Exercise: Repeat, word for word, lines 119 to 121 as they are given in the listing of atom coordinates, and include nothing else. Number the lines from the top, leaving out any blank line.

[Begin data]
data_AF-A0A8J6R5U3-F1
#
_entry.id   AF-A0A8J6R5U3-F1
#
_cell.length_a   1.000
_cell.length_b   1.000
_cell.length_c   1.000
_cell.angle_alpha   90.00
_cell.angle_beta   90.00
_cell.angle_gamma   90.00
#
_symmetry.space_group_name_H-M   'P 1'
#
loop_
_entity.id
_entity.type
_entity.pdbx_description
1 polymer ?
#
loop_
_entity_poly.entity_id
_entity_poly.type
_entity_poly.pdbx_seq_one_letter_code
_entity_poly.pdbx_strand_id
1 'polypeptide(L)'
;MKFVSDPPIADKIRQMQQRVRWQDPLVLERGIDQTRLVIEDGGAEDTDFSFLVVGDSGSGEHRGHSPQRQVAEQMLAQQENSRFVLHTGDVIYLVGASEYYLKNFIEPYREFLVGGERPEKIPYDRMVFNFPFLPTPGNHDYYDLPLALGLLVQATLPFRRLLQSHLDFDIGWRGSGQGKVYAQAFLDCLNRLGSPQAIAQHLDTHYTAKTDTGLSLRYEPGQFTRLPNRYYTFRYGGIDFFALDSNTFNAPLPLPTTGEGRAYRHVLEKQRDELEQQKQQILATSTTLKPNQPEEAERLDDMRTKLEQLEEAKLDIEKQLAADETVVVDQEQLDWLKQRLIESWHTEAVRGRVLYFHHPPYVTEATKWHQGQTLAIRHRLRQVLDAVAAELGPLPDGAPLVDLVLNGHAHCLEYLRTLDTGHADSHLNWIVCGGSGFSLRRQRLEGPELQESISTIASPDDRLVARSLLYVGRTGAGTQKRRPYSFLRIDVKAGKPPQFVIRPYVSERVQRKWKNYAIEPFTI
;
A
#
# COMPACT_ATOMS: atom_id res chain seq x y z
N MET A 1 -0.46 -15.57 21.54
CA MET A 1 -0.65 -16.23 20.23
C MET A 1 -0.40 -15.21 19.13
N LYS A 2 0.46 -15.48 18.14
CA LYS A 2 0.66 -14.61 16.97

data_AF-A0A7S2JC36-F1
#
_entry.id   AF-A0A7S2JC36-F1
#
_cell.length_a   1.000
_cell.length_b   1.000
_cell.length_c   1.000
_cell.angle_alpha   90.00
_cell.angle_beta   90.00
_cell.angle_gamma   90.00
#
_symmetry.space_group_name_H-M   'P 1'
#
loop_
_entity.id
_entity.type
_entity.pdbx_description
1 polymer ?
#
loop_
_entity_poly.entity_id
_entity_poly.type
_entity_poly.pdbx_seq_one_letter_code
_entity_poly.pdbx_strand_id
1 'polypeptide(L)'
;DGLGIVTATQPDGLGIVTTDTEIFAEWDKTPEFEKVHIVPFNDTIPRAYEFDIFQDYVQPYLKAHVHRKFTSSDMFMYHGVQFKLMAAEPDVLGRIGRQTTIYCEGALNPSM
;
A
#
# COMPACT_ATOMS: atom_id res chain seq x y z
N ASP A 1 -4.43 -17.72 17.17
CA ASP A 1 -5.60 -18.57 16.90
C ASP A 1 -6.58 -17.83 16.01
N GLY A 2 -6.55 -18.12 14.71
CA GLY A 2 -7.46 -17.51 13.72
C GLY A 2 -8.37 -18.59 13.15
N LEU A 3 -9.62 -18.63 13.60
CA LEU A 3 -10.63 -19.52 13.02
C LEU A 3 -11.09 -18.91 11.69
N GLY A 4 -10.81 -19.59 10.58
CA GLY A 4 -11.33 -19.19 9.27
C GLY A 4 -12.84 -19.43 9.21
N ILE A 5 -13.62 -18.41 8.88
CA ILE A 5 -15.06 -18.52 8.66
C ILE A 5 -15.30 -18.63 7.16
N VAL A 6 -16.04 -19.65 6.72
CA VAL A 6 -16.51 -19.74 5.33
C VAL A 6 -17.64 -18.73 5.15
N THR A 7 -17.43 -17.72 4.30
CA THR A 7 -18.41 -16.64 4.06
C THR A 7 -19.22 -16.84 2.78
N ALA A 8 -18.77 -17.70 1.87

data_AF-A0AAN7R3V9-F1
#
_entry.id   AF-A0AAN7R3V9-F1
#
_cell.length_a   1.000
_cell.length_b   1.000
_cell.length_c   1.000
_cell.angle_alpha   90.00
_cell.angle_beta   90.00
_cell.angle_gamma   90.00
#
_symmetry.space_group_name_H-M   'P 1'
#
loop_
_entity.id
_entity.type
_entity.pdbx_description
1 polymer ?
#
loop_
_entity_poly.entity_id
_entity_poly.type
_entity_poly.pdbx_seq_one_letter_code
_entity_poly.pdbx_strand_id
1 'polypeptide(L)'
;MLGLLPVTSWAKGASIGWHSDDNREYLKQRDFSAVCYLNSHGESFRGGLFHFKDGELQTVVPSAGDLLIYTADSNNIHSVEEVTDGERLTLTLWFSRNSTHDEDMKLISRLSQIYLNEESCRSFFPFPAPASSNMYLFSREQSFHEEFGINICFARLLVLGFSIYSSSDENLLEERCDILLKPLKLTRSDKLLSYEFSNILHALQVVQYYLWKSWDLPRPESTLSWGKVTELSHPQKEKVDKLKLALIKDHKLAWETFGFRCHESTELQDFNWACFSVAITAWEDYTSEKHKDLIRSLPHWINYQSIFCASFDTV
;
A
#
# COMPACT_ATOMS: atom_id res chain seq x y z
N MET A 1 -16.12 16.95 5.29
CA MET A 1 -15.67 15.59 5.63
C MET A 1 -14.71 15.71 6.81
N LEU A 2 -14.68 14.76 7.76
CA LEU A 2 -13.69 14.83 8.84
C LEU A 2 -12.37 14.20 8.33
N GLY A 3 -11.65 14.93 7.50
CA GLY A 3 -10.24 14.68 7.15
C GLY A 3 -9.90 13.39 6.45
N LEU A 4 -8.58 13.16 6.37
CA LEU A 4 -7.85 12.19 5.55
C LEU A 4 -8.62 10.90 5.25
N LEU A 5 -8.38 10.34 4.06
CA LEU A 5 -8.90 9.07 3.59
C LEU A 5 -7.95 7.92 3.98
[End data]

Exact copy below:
CA MET A 1 -15.67 15.59 5.63
C MET A 1 -14.71 15.71 6.81
N LEU A 2 -14.68 14.76 7.76